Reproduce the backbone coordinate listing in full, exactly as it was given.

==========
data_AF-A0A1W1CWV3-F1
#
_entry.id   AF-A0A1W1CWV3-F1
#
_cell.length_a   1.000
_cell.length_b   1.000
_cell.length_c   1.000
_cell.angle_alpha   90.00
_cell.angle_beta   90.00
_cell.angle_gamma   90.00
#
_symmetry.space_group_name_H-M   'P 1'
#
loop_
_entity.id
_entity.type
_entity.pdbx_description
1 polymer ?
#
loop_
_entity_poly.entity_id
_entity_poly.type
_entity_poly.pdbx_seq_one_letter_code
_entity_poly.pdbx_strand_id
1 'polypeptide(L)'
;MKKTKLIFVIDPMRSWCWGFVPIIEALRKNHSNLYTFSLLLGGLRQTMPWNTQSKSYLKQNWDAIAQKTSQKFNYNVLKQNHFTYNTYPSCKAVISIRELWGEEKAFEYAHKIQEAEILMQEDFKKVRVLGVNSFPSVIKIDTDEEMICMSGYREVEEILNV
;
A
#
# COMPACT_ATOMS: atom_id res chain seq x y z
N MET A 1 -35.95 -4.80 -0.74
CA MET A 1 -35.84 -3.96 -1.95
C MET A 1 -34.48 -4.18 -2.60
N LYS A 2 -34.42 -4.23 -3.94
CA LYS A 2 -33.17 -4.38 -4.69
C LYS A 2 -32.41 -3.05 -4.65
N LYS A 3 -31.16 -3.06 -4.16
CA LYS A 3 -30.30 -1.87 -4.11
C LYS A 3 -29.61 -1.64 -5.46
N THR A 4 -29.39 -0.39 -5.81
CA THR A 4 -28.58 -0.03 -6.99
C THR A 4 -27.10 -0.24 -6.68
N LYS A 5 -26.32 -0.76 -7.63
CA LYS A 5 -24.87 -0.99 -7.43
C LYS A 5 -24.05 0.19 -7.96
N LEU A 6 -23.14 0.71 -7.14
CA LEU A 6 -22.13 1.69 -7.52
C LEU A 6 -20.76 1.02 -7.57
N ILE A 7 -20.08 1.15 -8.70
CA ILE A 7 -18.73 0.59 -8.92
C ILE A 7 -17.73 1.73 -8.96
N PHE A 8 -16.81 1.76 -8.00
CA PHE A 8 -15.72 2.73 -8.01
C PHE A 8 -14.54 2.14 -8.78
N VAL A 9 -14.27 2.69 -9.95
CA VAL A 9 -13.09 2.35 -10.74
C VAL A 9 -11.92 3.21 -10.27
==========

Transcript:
data_AF-A0A1W1CWV3-F1
#
_entry.id   AF-A0A1W1CWV3-F1
#
_cell.length_a   1.000
_cell.length_b   1.000
_cell.length_c   1.000
_cell.angle_alpha   90.00
_cell.angle_beta   90.00
_cell.angle_gamma   90.00
#
_symmetry.space_group_name_H-M   'P 1'
#
loop_
_entity.id
_entity.type
_entity.pdbx_description
1 polymer ?
#
loop_
_entity_poly.entity_id
_entity_poly.type
_entity_poly.pdbx_seq_one_letter_code
_entity_poly.pdbx_strand_id
1 'polypeptide(L)'
;MKKTKLIFVIDPMRSWCWGFVPIIEALRKNHSNLYTFSLLLGGLRQTMPWNTQSKSYLKQNWDAIAQKTSQKFNYNVLKQNHFTYNTYPSCKAVISIRELWGEEKAFEYAHKIQEAEILMQEDFKKVRVLGVNSFPSVIKIDTDEEMICMSGYREVEEILNV
;
A
#
# COMPACT_ATOMS: atom_id res chain seq x y z
N MET A 1 -35.95 -4.80 -0.74
CA MET A 1 -35.84 -3.96 -1.95
C MET A 1 -34.48 -4.18 -2.60
N LYS A 2 -34.42 -4.23 -3.94
CA LYS A 2 -33.17 -4.38 -4.69
C LYS A 2 -32.41 -3.05 -4.65
N LYS A 3 -31.16 -3.06 -4.16
CA LYS A 3 -30.30 -1.87 -4.11
C LYS A 3 -29.61 -1.64 -5.46
N THR A 4 -29.39 -0.39 -5.81
CA THR A 4 -28.58 -0.03 -6.99
C THR A 4 -27.10 -0.24 -6.68
N LYS A 5 -26.32 -0.76 -7.63
CA LYS A 5 -24.87 -0.99 -7.43
C LYS A 5 -24.05 0.19 -7.96
N LEU A 6 -23.14 0.71 -7.14
CA LEU A 6 -22.13 1.69 -7.52
C LEU A 6 -20.76 1.02 -7.57
N ILE A 7 -20.08 1.15 -8.70
CA ILE A 7 -18.73 0.59 -8.92
C ILE A 7 -17.73 1.73 -8.96
N PHE A 8 -16.81 1.76 -8.00
CA PHE A 8 -15.72 2.73 -8.01
C PHE A 8 -14.54 2.14 -8.78
N VAL A 9 -14.27 2.69 -9.95
CA VAL A 9 -13.09 2.35 -10.74
C VAL A 9 -11.92 3.21 -10.27